When your mother is always several seconds too late to react to the punchline of a joke or your father stops talking on the phone because it’s too difficult to hear, it’s time to discuss hearing aids. Although hearing loss is detectable in a quarter of people between the ages of 65 and 74 and 50% of individuals over 75, it can be an altogether different matter getting them to accept their hearing issues. Hearing usually declines gradually, meaning that many people might not even recognize how profoundly their everyday hearing has changed. And even if they are aware of their hearing loss, it can be a big step getting them to acknowledge they need hearing aids. If you want to make that conversation easier and more successful, observe the following advice.
How to Explain to a Loved One That They Need Hearing Aids
View it as a Process, Not One Conversation
When planning to have a discussion about a family member’s hearing loss, you have lots of time to think about what you will say and how the person might respond. When getting ready, it’s helpful to frame this as a process rather than a single conversation. Your loved one may take weeks or months of conversations to accept hearing loss. And that’s okay! Let the discussions proceed at a natural pace. You really need to wait until your loved one is really comfortable with the idea before proceeding. If someone won’t wear their hearing aids, they don’t do much good after all.
Find Your Moment
When your loved one is by themselves and calm would be the most appropriate time. If you go with a time when other people are around you might draw too much attention to your loved one’s hearing loss and they might feel like they’re being ganged up on and attacked. To make sure that your loved one hears you correctly and can actively engage in the conversation, a quiet one-on-one is the best plan.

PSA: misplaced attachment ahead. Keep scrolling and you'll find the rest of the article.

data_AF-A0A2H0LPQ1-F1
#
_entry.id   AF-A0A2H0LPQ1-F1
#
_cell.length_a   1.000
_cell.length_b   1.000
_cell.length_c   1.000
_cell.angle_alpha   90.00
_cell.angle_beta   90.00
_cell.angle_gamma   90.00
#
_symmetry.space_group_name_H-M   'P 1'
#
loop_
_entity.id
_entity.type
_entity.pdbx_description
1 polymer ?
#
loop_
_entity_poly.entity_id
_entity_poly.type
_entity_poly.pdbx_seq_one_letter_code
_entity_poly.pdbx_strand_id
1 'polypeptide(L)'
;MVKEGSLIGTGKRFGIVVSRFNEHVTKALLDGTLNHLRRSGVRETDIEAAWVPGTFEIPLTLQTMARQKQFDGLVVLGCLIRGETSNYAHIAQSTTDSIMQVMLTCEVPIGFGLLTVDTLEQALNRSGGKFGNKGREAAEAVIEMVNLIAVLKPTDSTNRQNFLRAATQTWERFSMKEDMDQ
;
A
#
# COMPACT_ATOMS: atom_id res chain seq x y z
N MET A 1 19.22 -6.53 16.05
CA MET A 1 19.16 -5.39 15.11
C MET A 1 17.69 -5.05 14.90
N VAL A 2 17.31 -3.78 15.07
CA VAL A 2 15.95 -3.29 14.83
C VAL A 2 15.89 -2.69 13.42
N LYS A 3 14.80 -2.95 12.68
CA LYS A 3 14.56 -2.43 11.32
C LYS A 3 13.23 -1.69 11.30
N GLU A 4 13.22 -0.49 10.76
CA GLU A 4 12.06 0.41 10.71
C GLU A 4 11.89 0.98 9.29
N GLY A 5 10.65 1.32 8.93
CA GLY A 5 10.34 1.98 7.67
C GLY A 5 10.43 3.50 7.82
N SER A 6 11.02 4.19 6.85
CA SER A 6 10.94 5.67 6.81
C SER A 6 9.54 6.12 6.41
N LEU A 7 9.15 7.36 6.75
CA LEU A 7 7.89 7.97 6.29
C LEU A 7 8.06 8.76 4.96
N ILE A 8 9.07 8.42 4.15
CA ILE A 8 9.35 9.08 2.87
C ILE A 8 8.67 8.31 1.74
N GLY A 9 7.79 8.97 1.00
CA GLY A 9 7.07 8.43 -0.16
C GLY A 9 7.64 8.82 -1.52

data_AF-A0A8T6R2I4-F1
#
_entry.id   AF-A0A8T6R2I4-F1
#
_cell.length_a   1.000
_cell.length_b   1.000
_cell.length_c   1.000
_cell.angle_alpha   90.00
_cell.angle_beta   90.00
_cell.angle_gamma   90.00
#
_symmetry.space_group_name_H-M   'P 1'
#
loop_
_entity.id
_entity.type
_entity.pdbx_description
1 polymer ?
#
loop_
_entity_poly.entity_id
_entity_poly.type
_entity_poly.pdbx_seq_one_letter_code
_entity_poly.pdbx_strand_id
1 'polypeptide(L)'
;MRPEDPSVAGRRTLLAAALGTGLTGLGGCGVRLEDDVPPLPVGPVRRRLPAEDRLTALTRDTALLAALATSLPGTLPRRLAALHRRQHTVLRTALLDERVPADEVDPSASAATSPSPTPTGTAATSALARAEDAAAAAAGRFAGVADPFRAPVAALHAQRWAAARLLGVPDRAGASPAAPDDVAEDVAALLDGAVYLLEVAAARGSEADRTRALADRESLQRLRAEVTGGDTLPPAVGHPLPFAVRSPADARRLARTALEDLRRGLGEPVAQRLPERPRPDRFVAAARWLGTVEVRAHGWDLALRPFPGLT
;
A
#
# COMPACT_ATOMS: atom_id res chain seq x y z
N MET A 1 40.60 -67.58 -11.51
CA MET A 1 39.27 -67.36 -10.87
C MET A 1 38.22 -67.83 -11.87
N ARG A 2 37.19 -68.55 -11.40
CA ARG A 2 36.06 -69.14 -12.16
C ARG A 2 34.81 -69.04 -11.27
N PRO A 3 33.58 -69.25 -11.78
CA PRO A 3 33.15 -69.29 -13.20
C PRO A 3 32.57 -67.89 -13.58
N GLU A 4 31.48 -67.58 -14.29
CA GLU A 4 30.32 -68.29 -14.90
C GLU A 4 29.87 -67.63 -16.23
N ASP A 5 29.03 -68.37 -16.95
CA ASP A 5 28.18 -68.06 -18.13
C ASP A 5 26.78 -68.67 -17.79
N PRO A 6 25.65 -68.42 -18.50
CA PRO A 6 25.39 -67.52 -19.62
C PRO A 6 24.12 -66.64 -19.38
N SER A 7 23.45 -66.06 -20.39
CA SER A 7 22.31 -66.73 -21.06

Be Clear And Direct in Your Approach
Now isn’t the time to beat around the bush with vague statements about your worries. Be direct: “Mom, I’d like to speak with you concerning your hearing”. Mention situations where they’ve insisted people are mumbling, had a hard time following tv programs or asked people to repeat themselves. Talk about how your loved one’s hearing problems impact their day-to-day life rather than emphasizing their hearing itself. You could say something like “You don’t seem to go out with your friends as much these days, could that be because you have a difficult time hearing them?”.
Be Sensitive to Their Underlying Fears And Concerns
Hearing impairment often corresponds to a larger fear of losing independence, specifically for older adults facing physical frailty or other age-related changes. Be compassionate and attempt to recognize where your loved one is coming from if they are resistant to the idea that they have hearing loss. Acknowledge how hard this discussion can be. If the discussion starts to go south, table it until a later time.
Provide Help With Further Action
When both individuals cooperate you will have the most successful conversation about hearing impairment. Part of your loved one’s reluctance to admit to hearing loss might be that he or she feels overwhelmed about the process of purchasing hearing aids. Offer your assistance to make the change as smooth as you can. Print out and rehearse before you talk. We can also check to see if we accept your loved one’s insurance before they call. Information about the commonness of hearing problems may help individuals who feel sensitive or embarrassed about their hearing loss.
Realize That Hearing Aids Aren’t The End of The Process
So your talks were persuasive and your loved one has agreed to consider hearing aids. Fantastic! But the process doesn’t end there. Adapting to life with hearing aids will take time. Your loved one has to cope with a new device, new sounds and has to develop new habits. Be an advocate during this adjustment period. If your family member is unhappy with the hearing aids, take those concerns seriously.